Sample #2 (Adapted from work done by Kelly Grossmann at Northeaster Illinois University)
This lesson was developed for the STEM disciplines, to give real world context and meaning to the notion that "authority is constructed and contextual"
Lesson Plan: Evaluating sources -- What’s a ‘reliable’ source?
Frame: Authority is constructed and contextual
Students will compare information about sources to determine if they are appropriate for use and identify features of a source to help determine relevance and reliability in a given context
This activity follows a discussion of the “War on Science” issue of National Geographic. (Joel Achenbach. “Why Do Many Reasonable People Doubt Science?” National Geographic, March 2015. http://ngm.nationalgeographic.com/print/2015/03/sciencedoubters/achenbachtext )
The issue discusses the disconnect between many ideas that are commonly accepted in the scientific community and the frequent rejection of such concepts by the public at large: “empowered by their own sources of information and their own interpretations of research, doubters have declared war on the consensus of experts.”
Through the internet, the information provided by nonexperts has become abundantly available, thus it is becoming increasing critical to distinguish credible, reliable, valid information from information that is false or presented with a bias.
Students will work in groups of two.
Each student will receive one of the three articles listed below, then complete the information on the table for their article.
Students may use the internet to look up bios, determine if an article is peer reviewed, etc.
The students should then discuss as a group if an article should be ignored, or saved as a source. The students will be asked to explain how they came to these conclusions. Students will likely have some debate regarding the Dicks article.
After the activity, plug the search terms bees "neonicotinoids" into Google (Google results change frequently, but at the time this lesson was designed, the Entine article ranked 3rd in results).
Allow students time to discuss what this means about their search techniques.
Lynn Dicks, "Bees, lies and evidencebased policy," Nature 494, no. 7437 (2013): 283283. http://www.nature.com/news/beesliesandevidencebasedpolicy1.12443
Jon Entine, “Bee deaths reversal: As Evidence Points Away From Neonics As Driver, Pressure Builds To Rethink Ban,” Forbes, February 5, 2014. http://www.forbes.com/sites/jonentine/2014/02/05/beedeathsreversalasevidencepointsawayfromneonicsasdriverpressurebuildstorethinkban/
Tapparo, Andrea, Daniele Marton, Chiara Giorio, Alessandro Zanella, Lidia Soldà, Matteo Marzaro, Linda Vivan, and Vincenzo Girolami. "Assessment of the environmental exposure of honeybees to particulate matter containing neonicotinoid insecticides coming from corn coated seeds." Environmental Science & Technology 46, no. 5 (2012): 25922599. http://www.askforce.org/web/Bees/TapparoAssessmentEnvironmentalExposureHoneybees2012.pdf
Imagine you are an aide working for a legislator. The legislator is concerned about the environmental ramifications of widely used neonicotinoid pesticides and would like more information before making a policy decision regarding whether the pesticides should be restricted.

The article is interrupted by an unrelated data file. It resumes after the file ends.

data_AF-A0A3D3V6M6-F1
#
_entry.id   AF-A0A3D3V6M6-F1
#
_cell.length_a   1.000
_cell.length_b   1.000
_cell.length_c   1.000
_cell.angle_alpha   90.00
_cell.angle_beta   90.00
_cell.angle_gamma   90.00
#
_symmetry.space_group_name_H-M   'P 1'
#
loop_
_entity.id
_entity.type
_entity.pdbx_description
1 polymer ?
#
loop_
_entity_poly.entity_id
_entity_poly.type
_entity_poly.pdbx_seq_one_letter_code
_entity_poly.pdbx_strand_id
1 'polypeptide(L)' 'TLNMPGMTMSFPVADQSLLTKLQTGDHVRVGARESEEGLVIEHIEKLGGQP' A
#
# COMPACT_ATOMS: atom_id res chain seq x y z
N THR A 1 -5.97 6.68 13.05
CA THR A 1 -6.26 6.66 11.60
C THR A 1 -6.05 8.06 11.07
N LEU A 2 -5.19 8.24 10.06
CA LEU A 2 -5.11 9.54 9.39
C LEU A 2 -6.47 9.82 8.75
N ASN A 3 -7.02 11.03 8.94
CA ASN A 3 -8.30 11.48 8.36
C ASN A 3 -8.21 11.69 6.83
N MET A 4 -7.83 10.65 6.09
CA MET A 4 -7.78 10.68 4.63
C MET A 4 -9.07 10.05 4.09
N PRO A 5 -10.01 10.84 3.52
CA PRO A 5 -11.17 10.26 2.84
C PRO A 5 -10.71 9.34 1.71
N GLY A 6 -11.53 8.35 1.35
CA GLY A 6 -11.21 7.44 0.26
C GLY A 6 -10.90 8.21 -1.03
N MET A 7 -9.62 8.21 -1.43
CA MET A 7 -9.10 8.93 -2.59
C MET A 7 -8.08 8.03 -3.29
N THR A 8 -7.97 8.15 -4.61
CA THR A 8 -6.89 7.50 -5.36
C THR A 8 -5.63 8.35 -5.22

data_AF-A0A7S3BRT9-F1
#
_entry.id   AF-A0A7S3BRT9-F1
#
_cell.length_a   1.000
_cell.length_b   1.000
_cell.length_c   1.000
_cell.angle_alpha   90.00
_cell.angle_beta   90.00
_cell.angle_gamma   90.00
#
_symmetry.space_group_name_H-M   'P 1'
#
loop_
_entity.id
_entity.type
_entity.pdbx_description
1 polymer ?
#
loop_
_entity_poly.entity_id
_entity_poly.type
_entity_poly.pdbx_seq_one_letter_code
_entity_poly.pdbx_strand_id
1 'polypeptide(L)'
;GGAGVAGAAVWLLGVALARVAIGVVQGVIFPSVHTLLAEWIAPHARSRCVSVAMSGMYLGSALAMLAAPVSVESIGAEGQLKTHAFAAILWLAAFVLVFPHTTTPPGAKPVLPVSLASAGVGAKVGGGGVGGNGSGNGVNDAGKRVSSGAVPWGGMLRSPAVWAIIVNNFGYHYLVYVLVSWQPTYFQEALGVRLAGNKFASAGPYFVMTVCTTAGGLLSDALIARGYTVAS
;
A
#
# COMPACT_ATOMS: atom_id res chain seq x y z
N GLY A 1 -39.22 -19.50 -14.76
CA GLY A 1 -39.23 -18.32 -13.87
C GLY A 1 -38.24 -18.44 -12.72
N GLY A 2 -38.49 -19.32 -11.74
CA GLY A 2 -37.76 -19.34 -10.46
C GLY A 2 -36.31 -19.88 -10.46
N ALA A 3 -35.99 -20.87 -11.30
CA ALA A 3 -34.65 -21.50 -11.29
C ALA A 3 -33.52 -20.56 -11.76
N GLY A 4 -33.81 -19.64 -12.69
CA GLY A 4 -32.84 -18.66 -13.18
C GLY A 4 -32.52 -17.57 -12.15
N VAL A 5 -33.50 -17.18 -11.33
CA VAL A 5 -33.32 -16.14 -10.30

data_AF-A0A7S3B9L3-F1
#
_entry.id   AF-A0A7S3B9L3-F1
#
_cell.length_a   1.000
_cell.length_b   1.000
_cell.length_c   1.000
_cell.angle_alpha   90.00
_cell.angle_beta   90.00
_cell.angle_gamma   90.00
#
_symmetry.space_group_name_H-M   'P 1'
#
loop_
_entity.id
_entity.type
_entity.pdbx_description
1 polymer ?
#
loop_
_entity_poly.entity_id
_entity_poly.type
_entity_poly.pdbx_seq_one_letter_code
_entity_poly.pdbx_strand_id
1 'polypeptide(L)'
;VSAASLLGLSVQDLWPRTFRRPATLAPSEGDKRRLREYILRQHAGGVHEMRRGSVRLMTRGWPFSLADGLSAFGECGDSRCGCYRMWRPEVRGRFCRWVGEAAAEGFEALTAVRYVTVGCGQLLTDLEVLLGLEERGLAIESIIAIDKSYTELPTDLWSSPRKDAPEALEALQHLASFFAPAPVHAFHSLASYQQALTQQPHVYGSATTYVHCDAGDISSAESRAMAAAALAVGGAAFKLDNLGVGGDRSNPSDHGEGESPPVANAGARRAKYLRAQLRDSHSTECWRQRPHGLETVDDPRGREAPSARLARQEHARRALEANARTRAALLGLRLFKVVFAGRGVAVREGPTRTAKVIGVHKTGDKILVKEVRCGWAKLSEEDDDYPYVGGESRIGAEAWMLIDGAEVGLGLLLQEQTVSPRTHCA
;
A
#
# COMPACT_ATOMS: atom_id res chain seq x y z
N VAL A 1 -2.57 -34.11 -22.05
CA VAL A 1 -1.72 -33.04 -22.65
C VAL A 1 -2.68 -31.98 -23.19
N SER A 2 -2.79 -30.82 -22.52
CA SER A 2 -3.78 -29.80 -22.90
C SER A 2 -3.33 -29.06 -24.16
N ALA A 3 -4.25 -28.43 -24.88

Because the legislator’s decision affects a large number of people, it is essential that you provide relevant, recent, scientifically valid information that comes from experts in the field. You don’t have a lot of time to generate your report so you must act fast in deciding if a source should be examined further or ignored.
1. Each partner should take a different article. Independently, complete the table with information from your article. You are welcome to search the web to more information.
2. When all members of the group have completed the information for their article, share with the group to complete the table.
3. Within your group, discuss/debate the “Discussion Questions” below. Be prepared to share your thoughts with the class.
||Assessment of the environmental exposure to honey bees to particulate matter containing neoicotinois insecticide coming from corn coated seeds
||Bee Deaths Reversal: evidence points away from neonics as driver
||Bees, Lies and Evidence- based policy
||Environmental Science & Technology
|Is the publication peer reviewed?
|Is the article peer reviewed (Hint: Look at the type of article)
|First author and credentials
Current: University of Padova
Dept. of Chemical Sciences
1. Based on each of the following factors independently,which article is the most relevant/recent/reliable:
d. Author’s credentials
2. Which articles do you think should be used to inform the decision of the legislator? Which should be ignored? Why?
3. In what discipline is Andrea Tapparo be considered an expert? Lynn Dicks? Jon Entine
4. Search in Google: bees neonicotinoids. Which of the 3 articles is displayed in the top results? What could you do differently to get the most credible sources in a search?
5. Do you think a different scenario or research question would change how you view the credibility of these sources? Why or why not?
Create by: Kelly Grossmann Northeastern Illinois University, 02/15/15